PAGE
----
A snapshot of institutional lack of diversity in life sciences, by way of a promotional email


#1

[Permalink]


#2

That's a fairly large missing piece: there could be at least four non-white, non-male scientists that were segregated and excised from the picture. And if so...it's a complement, right?

It's the final and most critical part of the whole panorama! These...are supposed to be the smart people?

Unless the 'life sciences' being discussed are of the 'Pro' or 'Divinely Created' type; that would make more sense I suppose...


#3

It gets so much better: @TomReller from Elsevier defends the image by saying "You want me to apologize for the fact that more women don't win nobel prizes? And how exactly should I fix that today?"


#4

This picture shows a lack of sensitivity by one graphic artist working for a backward organization that has done more in recent years to impede the free flow of scientific information than just about anyone else I can think of. I don't know a single scientist who doesn't curse every time a paper they need is behind the Elsevier paywall.

Women now make up close to 60% of all bio and life science degree seekers, at the bachelors, masters and PhD levels. (http://www.nytimes.com/2011/11/06/education/edlife/where-the-women-are-biology.html?_r=0)

It's quite obvious that Elsevier mostly wants to publish the work of scientists nearing retirement, a point they made quite well. Maybe the new best and brightest will publish somewhere open access, where their work will benefit humanity without carrying a parasite along for the ride.


#5

Well, I do count around 14.500 missing pieces so far on thecostofknowledge.com


#6

Hmmm... if I'm the missing piece, and the ad is supposed to spotlight Nobel prizewinners, does this mean Elsevier thinks I ought to get a Nobel Prize? Hilarity ensues.


#7

They want to imply that they consider the reader to be as esteemed a scientists as the Nobel Prize winners. It is plain old sucking up. Imagining a deeper message is reading way to much into the mailing.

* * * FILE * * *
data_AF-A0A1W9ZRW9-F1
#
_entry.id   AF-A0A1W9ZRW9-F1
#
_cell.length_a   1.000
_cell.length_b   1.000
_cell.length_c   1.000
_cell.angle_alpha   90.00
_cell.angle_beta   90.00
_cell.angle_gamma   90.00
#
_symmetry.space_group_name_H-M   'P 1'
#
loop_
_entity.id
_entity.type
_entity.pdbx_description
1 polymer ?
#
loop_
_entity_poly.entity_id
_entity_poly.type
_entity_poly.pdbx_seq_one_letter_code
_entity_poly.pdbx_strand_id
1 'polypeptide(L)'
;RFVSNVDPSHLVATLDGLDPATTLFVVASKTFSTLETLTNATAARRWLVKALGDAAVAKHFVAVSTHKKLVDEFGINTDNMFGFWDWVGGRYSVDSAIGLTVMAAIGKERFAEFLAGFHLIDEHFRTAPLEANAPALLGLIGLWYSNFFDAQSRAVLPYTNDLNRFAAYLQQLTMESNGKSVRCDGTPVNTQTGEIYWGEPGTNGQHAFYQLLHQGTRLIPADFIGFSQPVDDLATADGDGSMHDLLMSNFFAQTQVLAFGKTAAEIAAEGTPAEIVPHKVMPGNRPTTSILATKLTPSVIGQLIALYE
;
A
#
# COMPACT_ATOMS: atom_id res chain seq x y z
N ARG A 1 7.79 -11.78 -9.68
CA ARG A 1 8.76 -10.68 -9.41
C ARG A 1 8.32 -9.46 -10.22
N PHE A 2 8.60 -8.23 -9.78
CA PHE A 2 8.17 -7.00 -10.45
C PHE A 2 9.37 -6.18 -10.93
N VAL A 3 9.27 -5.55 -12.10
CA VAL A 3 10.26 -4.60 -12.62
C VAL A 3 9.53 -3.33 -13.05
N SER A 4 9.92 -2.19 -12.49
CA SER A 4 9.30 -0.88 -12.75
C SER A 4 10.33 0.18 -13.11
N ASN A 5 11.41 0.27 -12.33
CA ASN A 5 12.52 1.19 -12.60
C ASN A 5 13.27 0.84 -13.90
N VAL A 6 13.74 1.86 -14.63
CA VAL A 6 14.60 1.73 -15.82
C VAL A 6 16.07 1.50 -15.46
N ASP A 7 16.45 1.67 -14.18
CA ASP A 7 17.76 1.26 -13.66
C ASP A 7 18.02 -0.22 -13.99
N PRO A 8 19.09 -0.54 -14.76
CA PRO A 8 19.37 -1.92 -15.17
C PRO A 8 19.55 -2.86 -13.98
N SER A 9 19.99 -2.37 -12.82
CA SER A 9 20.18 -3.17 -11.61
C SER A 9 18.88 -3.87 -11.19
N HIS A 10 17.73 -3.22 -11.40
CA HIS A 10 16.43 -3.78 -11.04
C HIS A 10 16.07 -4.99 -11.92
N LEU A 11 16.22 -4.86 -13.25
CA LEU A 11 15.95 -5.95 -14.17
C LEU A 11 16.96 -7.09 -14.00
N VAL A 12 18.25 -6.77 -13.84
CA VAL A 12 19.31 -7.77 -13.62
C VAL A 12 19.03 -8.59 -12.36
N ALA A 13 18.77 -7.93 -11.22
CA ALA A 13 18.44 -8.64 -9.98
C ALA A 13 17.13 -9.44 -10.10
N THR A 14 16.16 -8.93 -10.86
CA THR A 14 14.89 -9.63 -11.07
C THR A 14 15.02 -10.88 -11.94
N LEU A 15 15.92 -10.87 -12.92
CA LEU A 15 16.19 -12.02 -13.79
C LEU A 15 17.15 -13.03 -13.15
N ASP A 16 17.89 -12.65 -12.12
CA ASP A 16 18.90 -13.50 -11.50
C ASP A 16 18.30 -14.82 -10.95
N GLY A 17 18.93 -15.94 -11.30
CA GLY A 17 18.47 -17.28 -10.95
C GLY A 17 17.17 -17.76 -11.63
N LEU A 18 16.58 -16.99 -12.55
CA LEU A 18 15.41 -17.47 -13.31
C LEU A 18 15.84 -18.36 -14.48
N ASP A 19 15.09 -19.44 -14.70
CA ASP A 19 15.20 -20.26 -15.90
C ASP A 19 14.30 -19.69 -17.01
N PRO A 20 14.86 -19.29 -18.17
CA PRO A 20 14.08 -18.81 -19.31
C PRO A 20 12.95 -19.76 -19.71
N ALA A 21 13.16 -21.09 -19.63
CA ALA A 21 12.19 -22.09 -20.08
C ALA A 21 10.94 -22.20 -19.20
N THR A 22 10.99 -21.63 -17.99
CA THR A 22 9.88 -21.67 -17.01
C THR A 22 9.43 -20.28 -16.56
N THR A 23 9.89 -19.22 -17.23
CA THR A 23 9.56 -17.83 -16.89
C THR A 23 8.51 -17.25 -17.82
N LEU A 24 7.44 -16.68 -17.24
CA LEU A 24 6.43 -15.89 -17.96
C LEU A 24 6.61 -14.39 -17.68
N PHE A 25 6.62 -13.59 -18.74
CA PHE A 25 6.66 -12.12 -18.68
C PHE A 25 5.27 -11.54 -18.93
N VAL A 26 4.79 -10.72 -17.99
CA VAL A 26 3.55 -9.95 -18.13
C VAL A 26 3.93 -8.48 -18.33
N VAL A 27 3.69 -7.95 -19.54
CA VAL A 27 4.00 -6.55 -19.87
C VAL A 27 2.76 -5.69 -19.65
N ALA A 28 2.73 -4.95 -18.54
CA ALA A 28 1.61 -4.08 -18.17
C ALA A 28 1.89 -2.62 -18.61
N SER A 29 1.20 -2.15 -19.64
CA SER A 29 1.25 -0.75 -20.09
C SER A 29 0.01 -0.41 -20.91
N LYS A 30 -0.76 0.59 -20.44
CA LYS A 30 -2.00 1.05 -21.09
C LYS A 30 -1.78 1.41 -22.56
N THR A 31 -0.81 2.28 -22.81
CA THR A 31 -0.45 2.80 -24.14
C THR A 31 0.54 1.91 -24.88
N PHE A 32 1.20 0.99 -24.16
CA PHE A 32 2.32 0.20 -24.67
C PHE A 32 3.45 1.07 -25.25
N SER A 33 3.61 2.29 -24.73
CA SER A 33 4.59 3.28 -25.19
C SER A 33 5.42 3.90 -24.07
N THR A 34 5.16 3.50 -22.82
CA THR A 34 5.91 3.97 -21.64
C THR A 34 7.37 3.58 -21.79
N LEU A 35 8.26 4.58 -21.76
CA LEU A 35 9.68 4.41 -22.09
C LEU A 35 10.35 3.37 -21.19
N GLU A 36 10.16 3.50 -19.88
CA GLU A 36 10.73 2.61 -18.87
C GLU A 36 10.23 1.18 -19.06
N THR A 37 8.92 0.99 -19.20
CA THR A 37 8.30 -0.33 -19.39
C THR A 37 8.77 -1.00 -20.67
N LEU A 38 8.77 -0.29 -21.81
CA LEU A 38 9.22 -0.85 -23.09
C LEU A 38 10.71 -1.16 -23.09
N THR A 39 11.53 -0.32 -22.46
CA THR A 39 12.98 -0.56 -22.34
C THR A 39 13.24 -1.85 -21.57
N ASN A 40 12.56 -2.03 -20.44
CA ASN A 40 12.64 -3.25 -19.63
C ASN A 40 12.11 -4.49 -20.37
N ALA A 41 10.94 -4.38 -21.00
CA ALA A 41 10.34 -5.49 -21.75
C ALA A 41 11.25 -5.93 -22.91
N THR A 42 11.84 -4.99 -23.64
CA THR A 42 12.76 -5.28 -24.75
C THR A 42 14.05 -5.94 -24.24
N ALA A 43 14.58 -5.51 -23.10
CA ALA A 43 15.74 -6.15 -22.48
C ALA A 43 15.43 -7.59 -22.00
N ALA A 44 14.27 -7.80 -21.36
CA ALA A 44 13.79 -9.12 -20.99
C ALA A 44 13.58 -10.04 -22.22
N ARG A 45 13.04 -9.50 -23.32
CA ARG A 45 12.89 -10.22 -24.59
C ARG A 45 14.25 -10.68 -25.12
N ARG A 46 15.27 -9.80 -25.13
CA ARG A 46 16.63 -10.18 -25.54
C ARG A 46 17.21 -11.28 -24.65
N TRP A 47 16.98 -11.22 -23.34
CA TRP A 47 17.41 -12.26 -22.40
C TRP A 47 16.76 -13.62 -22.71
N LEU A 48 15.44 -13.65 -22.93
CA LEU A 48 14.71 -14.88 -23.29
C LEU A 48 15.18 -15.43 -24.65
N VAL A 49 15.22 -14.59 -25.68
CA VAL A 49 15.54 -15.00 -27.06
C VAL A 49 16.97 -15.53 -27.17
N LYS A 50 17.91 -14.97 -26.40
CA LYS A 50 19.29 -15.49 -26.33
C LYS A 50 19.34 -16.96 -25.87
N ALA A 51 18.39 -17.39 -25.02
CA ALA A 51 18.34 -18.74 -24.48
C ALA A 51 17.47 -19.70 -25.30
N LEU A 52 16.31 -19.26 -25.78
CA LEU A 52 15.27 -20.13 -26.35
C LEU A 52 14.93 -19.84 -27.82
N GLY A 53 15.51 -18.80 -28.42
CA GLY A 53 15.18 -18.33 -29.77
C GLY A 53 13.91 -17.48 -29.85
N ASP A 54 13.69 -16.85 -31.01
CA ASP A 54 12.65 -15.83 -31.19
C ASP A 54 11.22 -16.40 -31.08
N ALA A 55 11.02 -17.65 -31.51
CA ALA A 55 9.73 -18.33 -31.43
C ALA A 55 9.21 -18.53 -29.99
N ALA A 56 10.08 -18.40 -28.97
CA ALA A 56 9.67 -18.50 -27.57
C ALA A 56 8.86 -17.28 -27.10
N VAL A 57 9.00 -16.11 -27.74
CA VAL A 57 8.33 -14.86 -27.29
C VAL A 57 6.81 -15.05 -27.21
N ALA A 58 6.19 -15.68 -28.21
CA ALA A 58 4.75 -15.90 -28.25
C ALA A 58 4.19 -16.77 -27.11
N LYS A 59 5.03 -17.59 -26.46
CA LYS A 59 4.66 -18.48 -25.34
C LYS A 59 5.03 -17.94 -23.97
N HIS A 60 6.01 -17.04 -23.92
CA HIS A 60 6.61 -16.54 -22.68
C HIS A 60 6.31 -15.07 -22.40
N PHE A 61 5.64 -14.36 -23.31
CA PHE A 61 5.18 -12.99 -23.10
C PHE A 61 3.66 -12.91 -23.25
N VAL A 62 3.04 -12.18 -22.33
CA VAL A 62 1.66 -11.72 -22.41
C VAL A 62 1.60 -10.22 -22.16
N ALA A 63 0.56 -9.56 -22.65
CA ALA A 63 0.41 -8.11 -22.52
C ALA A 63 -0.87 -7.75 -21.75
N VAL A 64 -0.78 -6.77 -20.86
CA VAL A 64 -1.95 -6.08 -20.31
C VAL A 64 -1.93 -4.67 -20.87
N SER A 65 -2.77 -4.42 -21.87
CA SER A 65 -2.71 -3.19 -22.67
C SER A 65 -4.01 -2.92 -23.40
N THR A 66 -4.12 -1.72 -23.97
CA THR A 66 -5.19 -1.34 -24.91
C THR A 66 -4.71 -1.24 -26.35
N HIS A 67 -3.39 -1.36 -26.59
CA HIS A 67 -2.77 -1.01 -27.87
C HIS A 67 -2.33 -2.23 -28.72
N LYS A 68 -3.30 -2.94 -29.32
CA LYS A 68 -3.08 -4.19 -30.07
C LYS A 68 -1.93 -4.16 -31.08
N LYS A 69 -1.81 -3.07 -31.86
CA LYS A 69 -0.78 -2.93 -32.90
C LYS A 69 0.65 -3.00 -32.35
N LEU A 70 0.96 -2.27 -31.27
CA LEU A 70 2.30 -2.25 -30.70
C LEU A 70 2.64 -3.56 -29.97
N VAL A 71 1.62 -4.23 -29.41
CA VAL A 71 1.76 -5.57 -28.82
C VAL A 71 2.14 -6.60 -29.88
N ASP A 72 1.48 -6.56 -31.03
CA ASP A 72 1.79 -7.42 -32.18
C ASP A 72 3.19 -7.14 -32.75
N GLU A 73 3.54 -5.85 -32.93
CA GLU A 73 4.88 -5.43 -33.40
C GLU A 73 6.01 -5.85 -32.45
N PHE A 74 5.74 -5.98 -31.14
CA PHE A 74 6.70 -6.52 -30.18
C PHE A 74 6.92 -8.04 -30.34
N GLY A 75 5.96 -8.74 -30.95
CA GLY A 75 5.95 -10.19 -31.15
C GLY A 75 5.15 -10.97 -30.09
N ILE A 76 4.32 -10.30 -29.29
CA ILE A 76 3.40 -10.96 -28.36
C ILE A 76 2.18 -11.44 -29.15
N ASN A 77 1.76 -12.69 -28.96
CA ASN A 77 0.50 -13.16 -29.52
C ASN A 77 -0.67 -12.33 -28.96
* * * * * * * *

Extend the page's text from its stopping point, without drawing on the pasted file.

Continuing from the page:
#8

Yeah, and when they start winning some Nobel prizes, they'll make the grade on Elsevier's shitty newsletter campaign. Losers.


#9

I wouldn't be so sure it was the graphic artist's idea. More likely some exec emailed a couple of dozen of headshots to the newsletter guy and said "put these on the cover."


#10

I'm guessing the same visionary who said "we want a jigsaw puzzle, but with a missing piece!"

Their next promotion will feature a globe of the world with an arrow going around it, to show how they get submissions from all around the world.


#11

I see you've spent time as a hapless cog inside a soulless institutional machine too.


#12

You betcha!


#14

If you think the life sciences are bad, take a look a physics


#15

Trade you that for any corporate HR materials that I've been issued over the last 25 years, in which white males appear far less frequently than they do in the actual workforce.


#16

Well, there's no Nobel Prize for graphic design...


#17

Why don't people up their fucking journals to TPB??? The solution is: offer a piracy option.


#18

I don't see enough lens flare on this snark.... pick up your game, guys.


#19

Shut up and no, you are incapable of being sexually harassed.


#20

Um, I could understand a random woman seeing this ad and being like "screw you, science isn't only for old white guys, any woman could do it do!" Which is obviously true. But if you're a woman or a person of color, and already in the sciences, you'd be like "Dude, these guys are the vanguard of the field, and their contributions have been seminal to the work I'm doing now. If I'm lucky one day I'll be able to discuss my work with them and get their ideas on how to make it even better." Because they are not some generic demographic or contingency, they are individual brilliant minds who have contributed greatly to our society. And we recognize that, and that inspires us to elevate our work and standards to continue their legacy. So um, don't come to our defense with your half-baked outrage about lack of diversity??. "Eligibility" was never an issue, viability and access was, and those barriers have receded significantly, and if you've ever spent time in any graduate school, you'll see the next generation will indeed look very different. Idiots.


#21

I'm right there with you. Becoming a big name in a field doesn't happen overnight, so looking at the most distinguished researchers of today is like looking at a time capsule of the incoming students of forty or fifty years.

The real question is what that picture would look like fifty years from now.